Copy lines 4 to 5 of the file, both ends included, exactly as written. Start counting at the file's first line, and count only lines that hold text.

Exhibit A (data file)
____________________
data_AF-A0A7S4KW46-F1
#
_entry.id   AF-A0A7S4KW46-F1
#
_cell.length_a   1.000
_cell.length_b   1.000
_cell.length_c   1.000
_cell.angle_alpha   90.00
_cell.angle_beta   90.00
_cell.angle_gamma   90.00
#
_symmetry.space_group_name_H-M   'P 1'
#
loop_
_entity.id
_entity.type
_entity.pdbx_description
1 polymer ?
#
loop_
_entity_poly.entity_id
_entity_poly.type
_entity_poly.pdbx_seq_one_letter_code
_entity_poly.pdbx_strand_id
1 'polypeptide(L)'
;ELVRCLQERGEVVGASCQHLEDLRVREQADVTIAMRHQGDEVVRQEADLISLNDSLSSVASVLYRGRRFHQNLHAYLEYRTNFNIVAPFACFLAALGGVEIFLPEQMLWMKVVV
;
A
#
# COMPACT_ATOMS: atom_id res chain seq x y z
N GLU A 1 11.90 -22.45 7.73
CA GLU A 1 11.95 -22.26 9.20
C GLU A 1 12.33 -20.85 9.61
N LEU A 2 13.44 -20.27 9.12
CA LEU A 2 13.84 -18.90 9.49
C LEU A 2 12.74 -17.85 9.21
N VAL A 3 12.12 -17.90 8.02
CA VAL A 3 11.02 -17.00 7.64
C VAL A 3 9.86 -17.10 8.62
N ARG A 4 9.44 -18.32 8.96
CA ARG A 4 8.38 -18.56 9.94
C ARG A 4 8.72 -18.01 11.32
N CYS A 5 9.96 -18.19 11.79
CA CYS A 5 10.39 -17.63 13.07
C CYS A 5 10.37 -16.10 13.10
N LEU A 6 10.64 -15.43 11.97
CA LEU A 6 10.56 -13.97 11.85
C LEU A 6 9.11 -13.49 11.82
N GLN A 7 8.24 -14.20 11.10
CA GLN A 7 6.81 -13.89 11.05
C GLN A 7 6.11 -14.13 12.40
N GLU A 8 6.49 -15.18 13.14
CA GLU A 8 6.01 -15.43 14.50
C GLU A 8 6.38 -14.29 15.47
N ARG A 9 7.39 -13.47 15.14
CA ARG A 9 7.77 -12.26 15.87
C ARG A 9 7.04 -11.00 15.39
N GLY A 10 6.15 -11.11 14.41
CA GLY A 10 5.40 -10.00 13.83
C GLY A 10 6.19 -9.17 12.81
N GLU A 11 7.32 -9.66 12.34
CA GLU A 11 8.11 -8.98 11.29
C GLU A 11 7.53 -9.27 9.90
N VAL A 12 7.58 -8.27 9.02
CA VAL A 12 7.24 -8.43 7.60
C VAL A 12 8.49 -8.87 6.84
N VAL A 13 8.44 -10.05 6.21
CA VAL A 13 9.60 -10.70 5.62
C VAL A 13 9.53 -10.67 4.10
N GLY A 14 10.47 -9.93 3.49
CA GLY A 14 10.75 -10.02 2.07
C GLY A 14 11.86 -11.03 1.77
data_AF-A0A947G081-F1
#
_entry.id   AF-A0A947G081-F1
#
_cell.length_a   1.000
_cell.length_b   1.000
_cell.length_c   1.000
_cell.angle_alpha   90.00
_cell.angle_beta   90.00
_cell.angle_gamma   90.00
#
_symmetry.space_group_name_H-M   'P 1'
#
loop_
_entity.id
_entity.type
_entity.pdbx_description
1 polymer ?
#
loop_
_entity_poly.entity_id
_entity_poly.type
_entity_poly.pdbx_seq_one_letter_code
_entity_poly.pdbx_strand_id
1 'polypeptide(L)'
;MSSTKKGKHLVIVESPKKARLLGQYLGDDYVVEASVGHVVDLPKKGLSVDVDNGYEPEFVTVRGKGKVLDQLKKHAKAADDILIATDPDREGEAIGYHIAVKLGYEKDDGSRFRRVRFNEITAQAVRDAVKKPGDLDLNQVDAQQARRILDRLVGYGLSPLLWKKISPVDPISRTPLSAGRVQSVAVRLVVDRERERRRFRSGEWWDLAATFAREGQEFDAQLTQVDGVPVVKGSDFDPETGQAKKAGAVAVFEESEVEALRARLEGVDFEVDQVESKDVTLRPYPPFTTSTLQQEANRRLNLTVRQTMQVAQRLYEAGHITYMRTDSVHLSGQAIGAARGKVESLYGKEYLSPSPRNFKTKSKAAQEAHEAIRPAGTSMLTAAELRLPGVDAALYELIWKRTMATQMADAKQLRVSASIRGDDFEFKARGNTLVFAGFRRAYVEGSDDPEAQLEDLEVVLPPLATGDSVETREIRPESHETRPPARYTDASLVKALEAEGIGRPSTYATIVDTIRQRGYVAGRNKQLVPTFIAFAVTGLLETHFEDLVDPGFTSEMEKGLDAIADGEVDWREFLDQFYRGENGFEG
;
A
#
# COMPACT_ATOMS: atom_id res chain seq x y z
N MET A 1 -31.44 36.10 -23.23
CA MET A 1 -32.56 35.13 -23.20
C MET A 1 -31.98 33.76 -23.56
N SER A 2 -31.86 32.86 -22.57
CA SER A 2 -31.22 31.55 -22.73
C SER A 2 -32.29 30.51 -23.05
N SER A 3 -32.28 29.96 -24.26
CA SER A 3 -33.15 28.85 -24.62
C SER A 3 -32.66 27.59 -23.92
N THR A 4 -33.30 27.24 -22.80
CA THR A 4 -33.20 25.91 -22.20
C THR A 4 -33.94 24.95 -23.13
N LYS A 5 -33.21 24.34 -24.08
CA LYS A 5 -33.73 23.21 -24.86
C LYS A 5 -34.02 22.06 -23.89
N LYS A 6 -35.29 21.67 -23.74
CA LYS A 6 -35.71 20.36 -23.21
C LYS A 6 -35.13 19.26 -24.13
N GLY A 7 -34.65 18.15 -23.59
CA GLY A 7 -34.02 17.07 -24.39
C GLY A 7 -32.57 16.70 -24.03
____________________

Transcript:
#
_cell.length_a   1.000